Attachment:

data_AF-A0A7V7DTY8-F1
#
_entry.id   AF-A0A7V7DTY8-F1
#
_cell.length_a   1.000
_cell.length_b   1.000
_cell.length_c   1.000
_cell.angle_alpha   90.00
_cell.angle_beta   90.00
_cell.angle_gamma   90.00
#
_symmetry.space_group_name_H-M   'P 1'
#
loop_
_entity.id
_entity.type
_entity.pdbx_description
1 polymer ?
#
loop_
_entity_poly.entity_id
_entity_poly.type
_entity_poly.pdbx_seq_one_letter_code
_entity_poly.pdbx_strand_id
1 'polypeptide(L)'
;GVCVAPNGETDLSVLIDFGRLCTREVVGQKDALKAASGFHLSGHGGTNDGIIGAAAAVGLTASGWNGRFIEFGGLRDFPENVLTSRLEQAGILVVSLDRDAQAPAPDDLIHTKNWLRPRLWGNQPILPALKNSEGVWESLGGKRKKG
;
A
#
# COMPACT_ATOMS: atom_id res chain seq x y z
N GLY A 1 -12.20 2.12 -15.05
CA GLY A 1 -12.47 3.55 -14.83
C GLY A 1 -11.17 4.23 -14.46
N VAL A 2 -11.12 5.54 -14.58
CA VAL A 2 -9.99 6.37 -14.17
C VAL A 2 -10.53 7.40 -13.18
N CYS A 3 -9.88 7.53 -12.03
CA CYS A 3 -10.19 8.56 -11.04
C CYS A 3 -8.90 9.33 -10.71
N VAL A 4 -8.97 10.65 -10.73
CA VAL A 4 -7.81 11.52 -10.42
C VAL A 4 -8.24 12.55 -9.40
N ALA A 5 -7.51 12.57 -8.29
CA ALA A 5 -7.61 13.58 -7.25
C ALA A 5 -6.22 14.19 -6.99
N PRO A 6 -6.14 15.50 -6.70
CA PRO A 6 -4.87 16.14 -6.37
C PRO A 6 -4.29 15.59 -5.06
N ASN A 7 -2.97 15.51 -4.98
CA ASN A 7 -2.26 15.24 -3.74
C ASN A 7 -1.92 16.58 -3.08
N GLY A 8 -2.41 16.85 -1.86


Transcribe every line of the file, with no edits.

data_AF-A0A7V7DTY8-F1
#
_entry.id   AF-A0A7V7DTY8-F1
#
_cell.length_a   1.000
_cell.length_b   1.000
_cell.length_c   1.000
_cell.angle_alpha   90.00
_cell.angle_beta   90.00
_cell.angle_gamma   90.00
#
_symmetry.space_group_name_H-M   'P 1'
#
loop_
_entity.id
_entity.type
_entity.pdbx_description
1 polymer ?
#
loop_
_entity_poly.entity_id
_entity_poly.type
_entity_poly.pdbx_seq_one_letter_code
_entity_poly.pdbx_strand_id
1 'polypeptide(L)'
;GVCVAPNGETDLSVLIDFGRLCTREVVGQKDALKAASGFHLSGHGGTNDGIIGAAAAVGLTASGWNGRFIEFGGLRDFPENVLTSRLEQAGILVVSLDRDAQAPAPDDLIHTKNWLRPRLWGNQPILPALKNSEGVWESLGGKRKKG
;
A
#
# COMPACT_ATOMS: atom_id res chain seq x y z
N GLY A 1 -12.20 2.12 -15.05
CA GLY A 1 -12.47 3.55 -14.83
C GLY A 1 -11.17 4.23 -14.46
N VAL A 2 -11.12 5.54 -14.58
CA VAL A 2 -9.99 6.37 -14.17
C VAL A 2 -10.53 7.40 -13.18
N CYS A 3 -9.88 7.53 -12.03
CA CYS A 3 -10.19 8.56 -11.04
C CYS A 3 -8.90 9.33 -10.71
N VAL A 4 -8.97 10.65 -10.73
CA VAL A 4 -7.81 11.52 -10.42
C VAL A 4 -8.24 12.55 -9.40
N ALA A 5 -7.51 12.57 -8.29
CA ALA A 5 -7.61 13.58 -7.25
C ALA A 5 -6.22 14.19 -6.99
N PRO A 6 -6.14 15.50 -6.70
CA PRO A 6 -4.87 16.14 -6.37
C PRO A 6 -4.29 15.59 -5.06
N ASN A 7 -2.97 15.51 -4.98
CA ASN A 7 -2.26 15.24 -3.74
C ASN A 7 -1.92 16.58 -3.08
N GLY A 8 -2.41 16.85 -1.86